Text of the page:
So I called Google and they advised to do a factory reset, which I did 8 days ago, and proceeded to reply the email I got for my case (which I still have no reply as of today).
So I gave them a call the following day, which they told me that my device is still under warranty and that their “Termination Team” would get back to me. It’s been a full week since I called them and they have yet to get back to me.
A twisted idea that came to mind, is that the longer they make me wait, the more chances I have for accidentally dropping my phone and getting it cracked or something that puts it out of warranty, and thus my wanting to document my perfectly fine looking phone (i.e. not physically damaged) just in case they were to try pull this stunt if I do accidentally drop it (I am being too paranoid aren’t I?).
But anyway, Google support, where art thou? Can you please terminate me/my Nexus 4 in a good way?
P.S. If Google support is having manpower issues, I wouldn’t mind helping them out to ensure customers aren’t getting left waiting for a week without a response.
TLDR: Sublime Text’s plugin Examples page is out of date as of 30th May 2014. Look at “How to Create a Sublime Text 2 Plugin” for proper guidance.
For the popularity that Sublime Text gets, it seems that their plugin documentation has been left by the wayside
Their Plugin Examples page is out of date showing an example for SublimeText 1. I found that out when creating the plugin only to see the following error message in the Sublime Text console (Ctrl+~ in Windows)
ImportError: No module named sublimeplugin
Searching for this error I landed on this forum post which the link to “How to Create a Sublime Text 2 Plugin” from Tuts+ which seems to work.
There seems to be a change from camelCase to snake_case for functions thus all the instructions on the plugin page are incorrect.
Links API References: choose appropriate link for Sublime Text version
A couple years back I though that Android had a big problem with Low Available Phone Storage Space for apps and after reading Ausdroid’s recent review of the Medion 4, it seems that this is still an on-going issue.
The device in question is the Medion 4 which is advertised with “4GB Memory” on Aldi’s site, but according to AusDroid, there is only 500MB allocated for apps (the rest of the space can still be used to store photos/files but not apps without some rooting and hacking).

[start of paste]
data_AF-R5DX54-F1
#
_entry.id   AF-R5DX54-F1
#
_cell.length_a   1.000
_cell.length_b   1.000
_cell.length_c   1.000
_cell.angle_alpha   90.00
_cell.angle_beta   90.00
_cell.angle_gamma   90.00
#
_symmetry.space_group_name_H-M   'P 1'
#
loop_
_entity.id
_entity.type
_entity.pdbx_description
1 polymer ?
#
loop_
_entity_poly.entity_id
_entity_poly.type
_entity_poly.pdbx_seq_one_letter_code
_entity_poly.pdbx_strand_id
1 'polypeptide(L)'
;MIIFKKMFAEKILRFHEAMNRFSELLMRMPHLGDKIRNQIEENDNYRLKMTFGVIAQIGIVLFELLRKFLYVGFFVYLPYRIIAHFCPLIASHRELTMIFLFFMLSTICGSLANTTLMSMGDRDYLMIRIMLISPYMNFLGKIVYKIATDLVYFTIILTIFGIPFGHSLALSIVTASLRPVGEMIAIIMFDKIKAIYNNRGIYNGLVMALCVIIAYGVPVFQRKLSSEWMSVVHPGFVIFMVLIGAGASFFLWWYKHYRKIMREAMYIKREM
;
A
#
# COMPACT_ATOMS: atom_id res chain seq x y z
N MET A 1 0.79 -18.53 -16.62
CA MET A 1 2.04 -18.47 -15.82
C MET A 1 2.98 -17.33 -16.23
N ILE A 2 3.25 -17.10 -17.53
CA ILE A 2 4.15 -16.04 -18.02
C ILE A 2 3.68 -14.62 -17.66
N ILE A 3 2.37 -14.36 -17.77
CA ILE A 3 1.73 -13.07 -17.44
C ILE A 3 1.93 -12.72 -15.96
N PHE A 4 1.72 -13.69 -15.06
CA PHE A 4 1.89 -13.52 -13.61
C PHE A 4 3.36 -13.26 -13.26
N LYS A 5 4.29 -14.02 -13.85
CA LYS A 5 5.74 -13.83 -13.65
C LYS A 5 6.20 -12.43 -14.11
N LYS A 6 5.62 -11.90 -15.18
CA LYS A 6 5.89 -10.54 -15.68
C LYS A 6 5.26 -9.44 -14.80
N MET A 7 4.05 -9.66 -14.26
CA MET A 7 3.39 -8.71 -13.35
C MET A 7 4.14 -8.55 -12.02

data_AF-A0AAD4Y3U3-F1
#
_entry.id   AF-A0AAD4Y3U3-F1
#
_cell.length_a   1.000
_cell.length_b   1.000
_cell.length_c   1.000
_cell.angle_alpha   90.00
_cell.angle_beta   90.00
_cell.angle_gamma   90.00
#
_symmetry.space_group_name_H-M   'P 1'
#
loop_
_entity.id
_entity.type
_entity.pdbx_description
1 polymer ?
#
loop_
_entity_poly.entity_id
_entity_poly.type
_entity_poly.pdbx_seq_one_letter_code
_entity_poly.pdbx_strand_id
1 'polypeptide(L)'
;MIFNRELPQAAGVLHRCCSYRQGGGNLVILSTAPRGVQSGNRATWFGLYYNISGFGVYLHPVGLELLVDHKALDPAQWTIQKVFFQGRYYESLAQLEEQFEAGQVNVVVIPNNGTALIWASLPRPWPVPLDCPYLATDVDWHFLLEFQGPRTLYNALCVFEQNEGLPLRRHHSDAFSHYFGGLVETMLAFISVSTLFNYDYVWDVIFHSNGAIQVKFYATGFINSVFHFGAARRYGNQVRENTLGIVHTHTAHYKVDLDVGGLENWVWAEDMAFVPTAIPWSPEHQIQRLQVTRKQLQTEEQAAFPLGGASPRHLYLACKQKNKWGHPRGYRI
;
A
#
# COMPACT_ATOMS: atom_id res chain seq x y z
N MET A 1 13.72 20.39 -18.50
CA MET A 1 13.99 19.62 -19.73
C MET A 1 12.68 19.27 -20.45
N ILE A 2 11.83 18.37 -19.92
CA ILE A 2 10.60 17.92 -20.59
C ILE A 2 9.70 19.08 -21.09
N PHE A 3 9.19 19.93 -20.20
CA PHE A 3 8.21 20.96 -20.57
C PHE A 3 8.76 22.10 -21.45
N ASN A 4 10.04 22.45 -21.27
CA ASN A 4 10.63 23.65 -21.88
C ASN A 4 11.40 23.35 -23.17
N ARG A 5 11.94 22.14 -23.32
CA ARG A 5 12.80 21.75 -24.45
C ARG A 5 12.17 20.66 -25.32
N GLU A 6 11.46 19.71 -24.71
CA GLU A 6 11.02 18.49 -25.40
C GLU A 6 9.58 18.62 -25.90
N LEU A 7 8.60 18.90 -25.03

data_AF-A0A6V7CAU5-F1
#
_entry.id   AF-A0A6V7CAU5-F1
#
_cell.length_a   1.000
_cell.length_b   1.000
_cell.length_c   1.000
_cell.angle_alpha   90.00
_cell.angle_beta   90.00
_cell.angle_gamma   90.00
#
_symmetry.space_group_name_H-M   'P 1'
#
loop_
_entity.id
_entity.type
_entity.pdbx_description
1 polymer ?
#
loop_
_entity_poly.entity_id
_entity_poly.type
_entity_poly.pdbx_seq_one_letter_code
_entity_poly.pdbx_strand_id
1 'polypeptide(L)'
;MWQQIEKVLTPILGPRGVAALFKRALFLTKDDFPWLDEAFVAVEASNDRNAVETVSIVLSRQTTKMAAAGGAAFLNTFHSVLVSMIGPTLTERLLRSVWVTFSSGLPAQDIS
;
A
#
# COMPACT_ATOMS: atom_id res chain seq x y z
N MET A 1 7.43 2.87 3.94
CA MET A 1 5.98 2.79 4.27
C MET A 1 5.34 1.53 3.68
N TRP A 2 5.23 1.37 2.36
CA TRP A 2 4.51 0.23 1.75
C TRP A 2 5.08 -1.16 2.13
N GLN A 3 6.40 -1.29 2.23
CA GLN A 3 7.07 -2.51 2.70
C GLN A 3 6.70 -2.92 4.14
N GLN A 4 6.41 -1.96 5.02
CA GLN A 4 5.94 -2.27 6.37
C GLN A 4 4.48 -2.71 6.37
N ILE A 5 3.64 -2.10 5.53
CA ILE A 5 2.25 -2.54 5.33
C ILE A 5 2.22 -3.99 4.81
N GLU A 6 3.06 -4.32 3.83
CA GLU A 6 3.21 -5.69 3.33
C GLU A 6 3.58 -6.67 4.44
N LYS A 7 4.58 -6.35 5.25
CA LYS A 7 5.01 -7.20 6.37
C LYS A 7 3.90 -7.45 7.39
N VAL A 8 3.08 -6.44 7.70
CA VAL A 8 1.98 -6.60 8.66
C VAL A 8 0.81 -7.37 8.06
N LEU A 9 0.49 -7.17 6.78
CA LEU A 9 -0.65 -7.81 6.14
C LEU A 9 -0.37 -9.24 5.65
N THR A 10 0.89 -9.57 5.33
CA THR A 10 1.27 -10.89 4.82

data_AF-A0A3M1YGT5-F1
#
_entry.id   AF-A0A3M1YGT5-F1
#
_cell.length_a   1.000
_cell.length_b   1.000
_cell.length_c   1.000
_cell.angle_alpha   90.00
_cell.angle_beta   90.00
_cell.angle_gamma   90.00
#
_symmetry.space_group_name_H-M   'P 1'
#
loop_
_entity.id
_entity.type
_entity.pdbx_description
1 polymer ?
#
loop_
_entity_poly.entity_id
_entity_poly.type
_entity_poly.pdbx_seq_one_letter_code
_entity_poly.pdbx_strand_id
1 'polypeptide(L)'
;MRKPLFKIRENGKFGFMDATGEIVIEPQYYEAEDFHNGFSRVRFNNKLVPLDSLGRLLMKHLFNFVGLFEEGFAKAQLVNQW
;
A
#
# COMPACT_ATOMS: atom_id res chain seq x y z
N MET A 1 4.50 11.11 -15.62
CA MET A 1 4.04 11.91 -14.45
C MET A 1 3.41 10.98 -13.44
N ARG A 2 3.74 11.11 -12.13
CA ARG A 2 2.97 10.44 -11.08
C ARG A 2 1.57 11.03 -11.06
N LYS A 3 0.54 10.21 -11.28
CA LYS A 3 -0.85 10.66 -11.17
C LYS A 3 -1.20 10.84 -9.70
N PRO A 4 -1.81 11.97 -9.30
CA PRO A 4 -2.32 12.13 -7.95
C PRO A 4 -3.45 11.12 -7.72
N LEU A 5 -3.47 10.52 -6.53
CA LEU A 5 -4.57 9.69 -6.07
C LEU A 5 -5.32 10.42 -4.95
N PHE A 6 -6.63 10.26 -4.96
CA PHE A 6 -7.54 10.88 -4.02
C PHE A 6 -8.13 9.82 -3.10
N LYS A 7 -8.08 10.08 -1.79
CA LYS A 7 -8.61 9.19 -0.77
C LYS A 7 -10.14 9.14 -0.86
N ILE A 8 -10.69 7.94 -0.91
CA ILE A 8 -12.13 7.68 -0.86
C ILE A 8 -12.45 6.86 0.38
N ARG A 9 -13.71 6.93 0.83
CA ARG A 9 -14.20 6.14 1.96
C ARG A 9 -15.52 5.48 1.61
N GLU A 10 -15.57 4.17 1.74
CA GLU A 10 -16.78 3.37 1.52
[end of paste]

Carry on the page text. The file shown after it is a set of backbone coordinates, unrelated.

Filesystem Size Used Free Blksize
/data 503M 151M 351M 4096
My 16GB Nexus 4 has 12.9GB allocated to the /data partition which is a bit less than 13.6GB of a 16GB iPhone 4 (can’t seem to find a definitive answer for the iPhone 5) but is still a majority of its storage unlike the Medion 4. The Samsung Galaxy S4 has a separate issue which is not exactly the same but gives the same results to the end user: a false sense of storage space (only 8.8GB free from the 16GB model due to Samsung’s customization of Android with its own skin & apps). While it’s not as bad as the Microsoft’s Surface RT storage debacle (15GB free in a 32GB Surface RT, 28GB free in a 64GB Surface Pro. Source: Microsoft’s Surface Disk Page FAQ), both of these situations don’t give me much confidence when recommending non-Nexus Android devices with X GB of storage.
At least if it is just Android customization (ala Samsung), flashing a custom ROM should be able to solve the problem. I’m not sure if the partitioning (ala the Medion 4) can be solved using a custom ROM, but even if it does, you will need to find a ROM that supports your device: so you hope that your devices isn’t a weird obscure one.
So when you buy an Android device, you can’t say for certain that you have a majority of the advertised storage available for apps. I can only assume that Nexus devices would give you the best experience in terms of not being ‘cheated’ for storage space, but I guess this gives more credence to the fact that Google has lost control of Android and that some manufacturers are still giving Android a bad name.